Two Nurses and Two Doctors Indicted in Pharmacy Fraud Scheme


Four more healthcare providers were indicted last week as part of a pharmacy fraud scheme. Two doctors and two registered nurses in Mississippi allegedly participated in a scheme to defraud TRICARE and a range of private health care benefit programs by prescribing compound medications to patients who didn’t need them. Many of the medications prescribed and filled cost more than $10,000 each. Thirteen other care providers have already been indicted in connection with the scheme, which involved several different pharmacies across the country. Learn more about this shocking conspiracy and those who helped carry it out.

Breaking Down the Latest Charges

The two doctors charged in the conspiracy are Dr. Shahjahan Sultan and Dr. Thomas Edward Sturdavant, while the two nurses are Freda Cal Covington from Hattiesburg and Fallon Deneem Page from Soso.

The full list of charges includes:

  • Covington: Conspiracy to commit health care fraud and mail fraud
  • Page: Conspiracy to commit health care fraud and two counts of mail fraud
  • Dr. Sultan: Conspiracy to commit health care fraud, two counts of mail fraud, one count of conspiracy to distribute and dispense a controlled substance, two counts of distributing and dispensing a controlled substance, one count of conspiracy to pay and receive health care kickbacks and four counts of paying health care kickbacks
  • Dr. Sturdavant: Conspiracy to commit health care fraud, two counts of mail fraud, one count of conspiracy to distribute and dispense a controlled substance and two counts of distributing and dispensing a controlled substance

All four subjects have pleaded not guilty and trial dates for Page and Covington are set for August 19th.

Prescribing Medically Unnecessary Medications

According to court documents unsealed last week, Covington, Page, Sultan and Sturdavant were involved in a nation-wide pharmacy fraud scheme, in which healthcare providers prescribed compound medications, including pain creams and vitamin pills, to patients without first examining them.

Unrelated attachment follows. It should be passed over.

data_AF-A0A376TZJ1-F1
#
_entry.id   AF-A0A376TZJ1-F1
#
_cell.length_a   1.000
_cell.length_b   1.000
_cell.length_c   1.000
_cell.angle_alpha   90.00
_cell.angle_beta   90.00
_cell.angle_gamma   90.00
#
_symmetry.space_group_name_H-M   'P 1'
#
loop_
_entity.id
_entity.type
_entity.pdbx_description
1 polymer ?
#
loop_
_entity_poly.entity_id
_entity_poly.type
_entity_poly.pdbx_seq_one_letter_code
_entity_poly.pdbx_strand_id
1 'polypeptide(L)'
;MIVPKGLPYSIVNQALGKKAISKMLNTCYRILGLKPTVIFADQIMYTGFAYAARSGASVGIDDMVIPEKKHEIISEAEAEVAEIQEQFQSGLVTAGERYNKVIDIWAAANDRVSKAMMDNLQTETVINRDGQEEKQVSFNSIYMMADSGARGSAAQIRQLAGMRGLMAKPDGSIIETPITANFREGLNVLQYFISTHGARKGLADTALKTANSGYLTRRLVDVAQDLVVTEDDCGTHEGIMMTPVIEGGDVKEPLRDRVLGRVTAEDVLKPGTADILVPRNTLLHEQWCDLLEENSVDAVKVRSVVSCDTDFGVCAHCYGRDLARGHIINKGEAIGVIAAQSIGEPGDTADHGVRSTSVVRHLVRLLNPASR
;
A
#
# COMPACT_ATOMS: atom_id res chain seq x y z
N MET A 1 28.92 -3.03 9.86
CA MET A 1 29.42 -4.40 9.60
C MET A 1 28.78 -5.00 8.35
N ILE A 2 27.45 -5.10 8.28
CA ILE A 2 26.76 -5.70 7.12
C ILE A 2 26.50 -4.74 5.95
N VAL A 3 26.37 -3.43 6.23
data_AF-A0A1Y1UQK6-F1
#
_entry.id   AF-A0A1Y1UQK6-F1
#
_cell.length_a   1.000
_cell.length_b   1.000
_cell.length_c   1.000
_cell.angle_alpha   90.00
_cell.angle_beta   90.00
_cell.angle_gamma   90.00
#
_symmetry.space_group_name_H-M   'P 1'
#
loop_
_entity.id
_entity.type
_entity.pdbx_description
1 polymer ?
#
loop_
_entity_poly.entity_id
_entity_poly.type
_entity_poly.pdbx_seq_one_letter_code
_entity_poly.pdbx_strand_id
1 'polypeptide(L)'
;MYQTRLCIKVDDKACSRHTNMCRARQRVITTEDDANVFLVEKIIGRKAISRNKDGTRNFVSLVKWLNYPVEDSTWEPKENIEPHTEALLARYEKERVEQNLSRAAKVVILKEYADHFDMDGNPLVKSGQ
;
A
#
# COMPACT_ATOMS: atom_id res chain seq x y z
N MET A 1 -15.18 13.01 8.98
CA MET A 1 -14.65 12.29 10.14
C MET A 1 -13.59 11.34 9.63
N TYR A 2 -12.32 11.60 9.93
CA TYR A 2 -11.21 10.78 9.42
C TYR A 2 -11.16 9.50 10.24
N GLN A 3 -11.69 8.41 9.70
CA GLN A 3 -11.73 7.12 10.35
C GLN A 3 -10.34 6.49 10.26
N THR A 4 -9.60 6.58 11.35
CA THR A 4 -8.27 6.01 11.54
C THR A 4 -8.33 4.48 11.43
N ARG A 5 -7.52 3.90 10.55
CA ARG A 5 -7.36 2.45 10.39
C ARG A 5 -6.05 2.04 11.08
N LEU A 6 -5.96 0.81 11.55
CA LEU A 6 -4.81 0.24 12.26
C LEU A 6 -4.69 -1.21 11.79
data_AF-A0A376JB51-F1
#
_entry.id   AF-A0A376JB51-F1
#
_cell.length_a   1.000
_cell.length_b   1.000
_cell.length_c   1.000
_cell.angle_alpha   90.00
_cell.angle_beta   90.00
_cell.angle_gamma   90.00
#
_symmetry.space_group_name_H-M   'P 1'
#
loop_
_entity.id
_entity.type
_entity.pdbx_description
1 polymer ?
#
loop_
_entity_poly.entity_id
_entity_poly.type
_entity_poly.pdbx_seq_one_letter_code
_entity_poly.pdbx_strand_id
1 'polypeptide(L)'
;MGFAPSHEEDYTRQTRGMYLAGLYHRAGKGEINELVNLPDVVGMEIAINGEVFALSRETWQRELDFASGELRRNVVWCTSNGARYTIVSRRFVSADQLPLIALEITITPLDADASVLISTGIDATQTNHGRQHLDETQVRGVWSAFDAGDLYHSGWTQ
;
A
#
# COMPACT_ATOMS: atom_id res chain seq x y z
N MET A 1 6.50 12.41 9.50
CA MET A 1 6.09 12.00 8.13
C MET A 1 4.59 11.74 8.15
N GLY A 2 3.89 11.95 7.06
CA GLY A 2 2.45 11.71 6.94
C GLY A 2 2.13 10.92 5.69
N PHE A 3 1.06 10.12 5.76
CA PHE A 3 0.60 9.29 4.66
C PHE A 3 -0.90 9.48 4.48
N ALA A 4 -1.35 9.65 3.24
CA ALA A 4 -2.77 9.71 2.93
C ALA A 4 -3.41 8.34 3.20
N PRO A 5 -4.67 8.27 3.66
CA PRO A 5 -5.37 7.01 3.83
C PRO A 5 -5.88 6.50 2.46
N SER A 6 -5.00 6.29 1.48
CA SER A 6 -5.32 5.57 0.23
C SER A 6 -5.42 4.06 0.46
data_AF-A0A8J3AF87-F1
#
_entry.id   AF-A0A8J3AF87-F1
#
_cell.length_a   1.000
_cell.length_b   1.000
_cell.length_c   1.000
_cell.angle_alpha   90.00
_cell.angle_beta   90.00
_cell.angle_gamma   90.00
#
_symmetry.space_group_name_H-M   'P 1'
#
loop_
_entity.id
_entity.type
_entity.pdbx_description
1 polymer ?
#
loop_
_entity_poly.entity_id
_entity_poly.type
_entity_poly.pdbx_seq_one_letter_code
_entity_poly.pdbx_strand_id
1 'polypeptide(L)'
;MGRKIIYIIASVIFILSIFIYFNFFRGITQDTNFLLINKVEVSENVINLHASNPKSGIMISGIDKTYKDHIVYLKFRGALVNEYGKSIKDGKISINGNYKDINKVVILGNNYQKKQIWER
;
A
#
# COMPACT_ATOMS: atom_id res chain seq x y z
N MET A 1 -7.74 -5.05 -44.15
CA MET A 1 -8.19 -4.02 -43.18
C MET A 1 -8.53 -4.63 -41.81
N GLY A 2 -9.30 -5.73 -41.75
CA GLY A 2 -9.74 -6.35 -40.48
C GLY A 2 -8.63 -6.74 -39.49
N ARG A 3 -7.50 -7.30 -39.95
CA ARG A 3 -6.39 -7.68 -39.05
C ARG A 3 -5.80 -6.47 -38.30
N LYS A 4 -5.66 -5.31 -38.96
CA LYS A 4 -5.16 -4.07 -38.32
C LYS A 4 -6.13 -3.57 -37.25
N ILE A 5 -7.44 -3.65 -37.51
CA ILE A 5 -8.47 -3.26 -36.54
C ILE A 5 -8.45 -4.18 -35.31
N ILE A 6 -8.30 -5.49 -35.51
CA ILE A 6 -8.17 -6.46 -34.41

These medications were prescribed in mass. The doctors and nurses photocopied forms and sent out new prescriptions on auto-refill to help sell as many medications as possible. Many of these medications included ketamine, a controlled substance that’s often used to treat severe depression.

The scheme was designed to maximize profit, according to court documents. Several different pharmacies based in Ocean Springs, MS would fill and dispense these medically unnecessary medications. But, as it turns out, the doctors prescribing these medications also owned and operated the pharmacies filling them. These pharmacies are owned by Pittsburgh Medical Marketing of Ocean Springs and Medical Solutions of Ocean Springs, both of which are owned by Dr. Sultan. Court documents also point to Pittsburgh Medical Marketing and Magnolia Medical Consultants in Harrison County, both of which are owned by Dr. Sturdavant.

TRICARE and private healthcare benefit programs reimbursed one pharmacy more than $7 million for these compound medications. Sultan allegedly paid Sturdavanat to prescribe the medications to TRICARE beneficiaries and to recruit new patients who could be prescribed more medications.

All the businesses mentioned in the case were formed between 2013 and 2014, with the alleged crimes taking place between March 2014 and February 2015. The FBI raided at least one pharmacy connected to the case in Ocean Springs last May.

Assigning Blame in a Complicated Case

From the indictments listed above, we can see that both nurses, Page and Covington, are expected to receive lighter sentences. Prosecutors believe these nurses intentionally broke the law and were then handed multiple charges of mail fraud and conspiracy to commit health care fraud, showing these nurses were aware of the scheme and chose to take part in it. But it remains unclear if either Sultan or Sturdavant paid the nurses to go along with the scheme or whether they did so on their own accord. 

This is just the latest money-making healthcare scandal we’ve seen in recent months. Healthcare companies and providers should always put the wellbeing of their patients above profits.


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